07/09/97 - 12:43 AM ET - Click reload often for latest version
WASHINGTON - John Huang's lawyer says his client wants to describe his fund-raising activities "truthfully, to the best of his knowledge and recollection" to a Senate committee.
If that happens, Huang would be in a position to answer the most serious questions being asked by the Governmental Affairs Committee in its hearings on fund-raising abuses in the 1996 campaign.
Huang's lawyer, Ty Cobb, wrote to Sen. John Glenn, D-Ohio, offering Huang's testimony if he is granted partial immunity from prosecution. Committee Republicans are unlikely to agree, but if the request is granted, the former Democratic National Committee (DNC) fund-raiser would be asked:
If Huang "wants to give the committee full, complete and truthful information we are very much interested, but if he has hatched a plot to absolve himself while at the same time covering for his friends, we are not interested in that," said Sen. Fred Thompson, R-Tenn., the committee chairman.
Huang is so central to the committee's investigation that many of the witnesses it has summoned are being asked to testify about his activities. Witnesses include employees of the Lippo Bank in Los Angeles, where he was president, Commerce Department and DNC officials who worked with him and even the CIA agent who briefed Huang 37 times at Commerce.
Today, former DNC national finance director Richard Sullivan will testify about the circumstances surrounding Huang's hiring by the DNC.
Huang has insisted that he was not an agent for any foreign country. "I don't know if foreign governments have" given money, Huang said on June 15. "If there is money, I haven't seen it."
But until Tuesday, Huang said he would not testify without immunity. And Cobb's letter to Glenn noted that Huang wants to acknowledge any mistakes and "respond to the concededly legitimate questions which pertain to his conduct."
The portrait that has emerged of Huang, 52, is one of great ambition, deep connections in the Asian-American community and extraordinary access to the White House.
Huang visited the White House 94 times between 1992 and 1996 and saw Clinton 15 times.
Huang was born in China and grew up in Taiwan. He became a U.S. citizen in 1976. He met Mochtar Riady, head of Indonesia's Lippo Group, at a 1980 financial seminar in Little Rock. Then-Gov. Clinton was the featured speaker.
Huang worked for the Riady family in Arkansas, then moved to Los Angeles to run Lippo's bank in 1990. When Clinton ran for president in 1992, Huang raised money for him.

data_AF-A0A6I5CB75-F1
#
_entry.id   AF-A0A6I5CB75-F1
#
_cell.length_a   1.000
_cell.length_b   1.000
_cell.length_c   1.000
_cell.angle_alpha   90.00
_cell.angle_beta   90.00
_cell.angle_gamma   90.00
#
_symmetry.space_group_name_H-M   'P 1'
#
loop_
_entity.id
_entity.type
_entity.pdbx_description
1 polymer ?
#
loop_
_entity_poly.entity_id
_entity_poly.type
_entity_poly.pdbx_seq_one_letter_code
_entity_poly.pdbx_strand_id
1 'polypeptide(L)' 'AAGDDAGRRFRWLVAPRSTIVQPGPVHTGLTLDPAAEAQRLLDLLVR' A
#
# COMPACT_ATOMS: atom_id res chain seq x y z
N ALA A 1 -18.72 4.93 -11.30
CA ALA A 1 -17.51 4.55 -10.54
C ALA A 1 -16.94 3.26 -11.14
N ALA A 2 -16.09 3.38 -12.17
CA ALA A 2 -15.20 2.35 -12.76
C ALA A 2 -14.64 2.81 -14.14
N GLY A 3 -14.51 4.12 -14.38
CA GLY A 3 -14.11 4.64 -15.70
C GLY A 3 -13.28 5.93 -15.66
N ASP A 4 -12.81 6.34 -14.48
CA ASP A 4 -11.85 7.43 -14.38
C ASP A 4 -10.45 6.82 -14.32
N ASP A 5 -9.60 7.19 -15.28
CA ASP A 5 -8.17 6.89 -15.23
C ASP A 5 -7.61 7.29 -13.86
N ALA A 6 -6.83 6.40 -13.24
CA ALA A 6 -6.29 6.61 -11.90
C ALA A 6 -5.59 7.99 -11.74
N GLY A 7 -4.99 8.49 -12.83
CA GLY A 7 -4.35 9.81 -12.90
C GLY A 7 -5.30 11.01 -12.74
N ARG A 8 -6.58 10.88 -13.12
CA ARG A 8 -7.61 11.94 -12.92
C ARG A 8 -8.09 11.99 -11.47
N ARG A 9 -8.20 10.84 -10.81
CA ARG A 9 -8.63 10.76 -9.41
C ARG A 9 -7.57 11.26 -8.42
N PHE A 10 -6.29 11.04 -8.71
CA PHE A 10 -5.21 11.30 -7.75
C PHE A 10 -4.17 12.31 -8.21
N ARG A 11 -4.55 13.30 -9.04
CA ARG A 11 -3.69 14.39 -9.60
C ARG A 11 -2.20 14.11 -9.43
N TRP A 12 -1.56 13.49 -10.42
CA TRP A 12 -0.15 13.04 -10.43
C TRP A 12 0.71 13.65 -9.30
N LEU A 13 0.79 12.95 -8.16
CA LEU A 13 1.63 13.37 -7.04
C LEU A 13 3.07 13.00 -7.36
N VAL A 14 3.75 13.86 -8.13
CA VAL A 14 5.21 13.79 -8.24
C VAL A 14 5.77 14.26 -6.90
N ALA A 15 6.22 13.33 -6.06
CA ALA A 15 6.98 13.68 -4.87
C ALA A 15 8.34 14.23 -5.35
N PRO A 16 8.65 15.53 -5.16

After the election, Huang wrote to the transition team saying he wanted a job. In 1993, Clinton named him deputy assistant secretary for international affairs at Commerce. Lippo gave him an $800,000 bonus when he left.
Huang received top-secret security clearance six months before he began his government job without a full security background check. Huang's Commerce phone records show he called Lippo Bank on three dates on which his calendars list meetings with the intelligence officer.
Senate investigators say testimony later in the hearings will prove that Huang left his Commerce office for weekly trips to the Washington office of Stephens Inc., an investment-banking firm based in Little Rock, to make phone calls and receive fax transmissions and express mail packages. The company's telephone records have been subpoenaed.
Last week, Rep. Gerald Solomon, R-N.Y., said House investigators have evidence that Huang passed classified information to the Lippo Group, which has substantial dealings with China.
"Mr. Riady, the head of Lippo Group, referred to Mr. Huang while he was at the Commerce Department as 'my man in the American government,' ", Sen. Robert Bennett, R-Utah, said Tuesday.
In December 1995, Clinton recommended that Huang be given a job at the DNC. He ultimately collected $3.4 million. More than half will be returned by the DNC because of questions about its origin. While he worked at the DNC, Huang visited the Chinese embassy and Chinese ambassador's residence.
When Huang spoke last month to Taiwanese military veterans, he said Chinese-Americans "don't have the numbers" to wield much influence. "But we can participate by giving money," he said. "Money is the milk of politics."
By Judy Keen and Judi Hasson, USA TODAY
Copyright 1997 Associated Press. All rights reserved. This material may not be published, broadcast, rewritten or redistributed.